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~ Tuesday 9th February 2010

I've been using my ABS rucksack for a few weeks now so here are a few more thoughts.

First, I've got a base unit with the 18l Ultralight  zip-on plus the 30l zip-on. The 18l is a lot lighter, and a good size for day trips without a rope. Anything else and it's really too small. It's (obviously) less bulky too, which makes it a bit easier to wrestle on chair lifts. The airbag system means the sack is much bigger than a normal rucksack of the same load capacity, and the 30l is actually quite bulky on chairlifts. I think this is an advantage of the Snowpulse design - the airbags are in the shoulder straps so the body of the sack is smaller. 

The 30l is big enough for rope carrying days and probably multi-day trips, but I've not done any yet. 

Both zip-ons are well made - the 30l especially so, with really tough fabric which explains the weight. They both work fine, but I think they could be better designed. Both have slightly odd pockets. The 18l side pockets are really only big enough for map and wallet and if you stuff the main compartment it's hard to get anything in then at all. The 30l top and front pockets suffer the same problem.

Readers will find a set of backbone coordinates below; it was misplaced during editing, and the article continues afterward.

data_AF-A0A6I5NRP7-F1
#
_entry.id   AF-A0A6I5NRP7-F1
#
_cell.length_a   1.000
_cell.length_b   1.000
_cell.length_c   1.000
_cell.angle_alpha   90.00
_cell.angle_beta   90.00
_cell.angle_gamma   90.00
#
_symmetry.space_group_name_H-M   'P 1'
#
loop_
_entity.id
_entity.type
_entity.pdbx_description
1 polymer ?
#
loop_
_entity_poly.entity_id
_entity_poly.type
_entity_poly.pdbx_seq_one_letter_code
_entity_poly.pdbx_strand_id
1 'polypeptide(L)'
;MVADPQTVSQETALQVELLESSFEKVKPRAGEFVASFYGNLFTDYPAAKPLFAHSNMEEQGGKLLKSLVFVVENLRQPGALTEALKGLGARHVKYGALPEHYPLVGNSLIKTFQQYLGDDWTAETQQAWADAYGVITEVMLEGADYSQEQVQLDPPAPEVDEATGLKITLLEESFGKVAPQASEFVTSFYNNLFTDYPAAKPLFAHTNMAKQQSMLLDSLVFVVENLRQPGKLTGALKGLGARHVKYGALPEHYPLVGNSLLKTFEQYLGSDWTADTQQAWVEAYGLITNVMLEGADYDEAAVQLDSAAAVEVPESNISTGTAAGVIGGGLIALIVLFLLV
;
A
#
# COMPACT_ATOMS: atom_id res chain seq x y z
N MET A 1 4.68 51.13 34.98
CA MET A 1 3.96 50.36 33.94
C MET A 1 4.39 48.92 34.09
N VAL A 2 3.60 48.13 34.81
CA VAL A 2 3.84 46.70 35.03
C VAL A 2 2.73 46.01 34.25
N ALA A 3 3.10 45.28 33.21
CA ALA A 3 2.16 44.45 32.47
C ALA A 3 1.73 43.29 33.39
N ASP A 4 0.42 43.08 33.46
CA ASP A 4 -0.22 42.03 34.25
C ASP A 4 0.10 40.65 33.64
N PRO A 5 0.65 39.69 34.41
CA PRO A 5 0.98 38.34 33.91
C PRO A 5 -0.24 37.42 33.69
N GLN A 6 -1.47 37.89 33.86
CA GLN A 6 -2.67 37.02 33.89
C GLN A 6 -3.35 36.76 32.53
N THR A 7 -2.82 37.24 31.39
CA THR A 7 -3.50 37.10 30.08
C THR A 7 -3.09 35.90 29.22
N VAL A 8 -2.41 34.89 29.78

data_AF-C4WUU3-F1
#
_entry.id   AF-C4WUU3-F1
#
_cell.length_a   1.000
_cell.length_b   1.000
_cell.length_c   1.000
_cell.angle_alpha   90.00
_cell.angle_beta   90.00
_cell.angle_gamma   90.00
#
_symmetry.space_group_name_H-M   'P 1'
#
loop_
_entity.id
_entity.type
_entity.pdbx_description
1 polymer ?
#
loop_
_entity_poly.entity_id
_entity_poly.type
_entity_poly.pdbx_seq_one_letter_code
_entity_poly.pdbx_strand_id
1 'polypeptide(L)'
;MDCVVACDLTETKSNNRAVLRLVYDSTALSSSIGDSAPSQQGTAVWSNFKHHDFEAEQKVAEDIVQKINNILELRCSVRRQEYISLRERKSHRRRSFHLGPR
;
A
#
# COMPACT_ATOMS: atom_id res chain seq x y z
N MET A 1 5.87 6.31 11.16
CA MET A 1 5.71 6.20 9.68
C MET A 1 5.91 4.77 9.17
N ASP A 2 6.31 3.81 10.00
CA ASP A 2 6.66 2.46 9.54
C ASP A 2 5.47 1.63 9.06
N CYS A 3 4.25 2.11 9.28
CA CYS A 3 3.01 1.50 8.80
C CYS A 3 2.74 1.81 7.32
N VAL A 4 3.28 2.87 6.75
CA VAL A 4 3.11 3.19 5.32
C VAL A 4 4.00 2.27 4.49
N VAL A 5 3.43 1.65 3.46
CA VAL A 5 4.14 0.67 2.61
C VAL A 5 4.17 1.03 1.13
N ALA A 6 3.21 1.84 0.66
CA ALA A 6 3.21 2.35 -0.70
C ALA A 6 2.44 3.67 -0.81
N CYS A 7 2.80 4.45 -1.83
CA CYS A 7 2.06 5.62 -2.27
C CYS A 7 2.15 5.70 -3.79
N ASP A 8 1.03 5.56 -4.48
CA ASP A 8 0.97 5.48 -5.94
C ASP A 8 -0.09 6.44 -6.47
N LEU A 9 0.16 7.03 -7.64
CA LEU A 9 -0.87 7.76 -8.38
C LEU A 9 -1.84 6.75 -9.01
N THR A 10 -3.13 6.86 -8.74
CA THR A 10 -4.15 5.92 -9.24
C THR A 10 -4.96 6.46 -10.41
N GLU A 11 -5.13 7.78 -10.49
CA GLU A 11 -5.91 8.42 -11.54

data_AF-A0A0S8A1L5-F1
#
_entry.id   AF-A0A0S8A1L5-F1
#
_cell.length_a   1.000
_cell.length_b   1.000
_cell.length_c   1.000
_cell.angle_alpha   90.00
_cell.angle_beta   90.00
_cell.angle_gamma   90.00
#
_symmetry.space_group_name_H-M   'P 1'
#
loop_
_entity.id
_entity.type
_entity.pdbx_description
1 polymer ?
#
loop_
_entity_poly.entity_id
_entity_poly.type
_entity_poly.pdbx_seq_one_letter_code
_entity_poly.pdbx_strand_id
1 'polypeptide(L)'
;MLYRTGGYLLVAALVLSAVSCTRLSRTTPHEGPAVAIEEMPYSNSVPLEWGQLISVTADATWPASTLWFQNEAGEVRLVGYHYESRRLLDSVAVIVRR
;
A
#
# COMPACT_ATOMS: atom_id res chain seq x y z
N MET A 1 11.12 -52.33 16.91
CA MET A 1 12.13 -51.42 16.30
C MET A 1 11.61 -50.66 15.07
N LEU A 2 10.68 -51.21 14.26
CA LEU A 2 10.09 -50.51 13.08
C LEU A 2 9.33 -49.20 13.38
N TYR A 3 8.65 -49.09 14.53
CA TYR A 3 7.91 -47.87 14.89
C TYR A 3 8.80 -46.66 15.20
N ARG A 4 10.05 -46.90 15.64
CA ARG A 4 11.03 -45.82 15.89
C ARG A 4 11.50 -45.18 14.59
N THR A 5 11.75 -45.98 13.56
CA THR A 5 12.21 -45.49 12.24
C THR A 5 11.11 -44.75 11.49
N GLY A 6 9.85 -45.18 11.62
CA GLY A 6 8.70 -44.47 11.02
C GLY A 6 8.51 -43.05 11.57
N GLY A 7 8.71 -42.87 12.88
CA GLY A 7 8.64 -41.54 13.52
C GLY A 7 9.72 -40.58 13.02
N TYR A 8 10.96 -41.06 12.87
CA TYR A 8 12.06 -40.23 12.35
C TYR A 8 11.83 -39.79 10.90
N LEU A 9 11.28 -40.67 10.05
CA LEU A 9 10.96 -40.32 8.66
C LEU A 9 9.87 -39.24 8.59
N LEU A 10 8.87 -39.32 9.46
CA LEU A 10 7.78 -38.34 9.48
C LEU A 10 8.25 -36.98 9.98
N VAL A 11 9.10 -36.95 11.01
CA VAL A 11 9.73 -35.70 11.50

Carrying skis on the 30l is easy. Quick, solid attachments. The 18l is OK but I tend to remove all the extras straps to save weight and then forget to take them when it matters!

Overall - despite the gripes - the sack works really well and is comfy even on long days. Initial nerves have gone, even tree skiing, but I still remove the trigger on chairs and in lifts. This is easily done even wearing gloves and there is a neat pocket on the waistbelt to store it. The thought of an accidental release on a lift...

1500m up the Pointe de Vouasson


   WEIGHT. Yes, it's heavy. At 3kg for the 30l sack it's hard to forget the extra 2kg over a normal sack on long climbs. The 18l is 500g lighter. Really though, I suspect much of the problem is in the  mind...does 1.5kg really make a difference? How much does it slow you down during a normal day? Could you fail on a long skin because of it? Can't see the racing types going for it though. 

The other big issue is risk compensation...or taking bigger risks because you're wearing an ABS sack. Hard to tell of course, but I'm sure we're all guilty of this. Would you ski the slope without an ABS sack? Without a transceiver? On your own? In an ideal world of course you only ski stuff you'd happily ski alone - the same argument applies to transceivers too - but it's an interesting question and worth bearing in mind. 

One thing is obvious this season - there are a lot more airbag rucksacks around, both ABS and Snowpulse.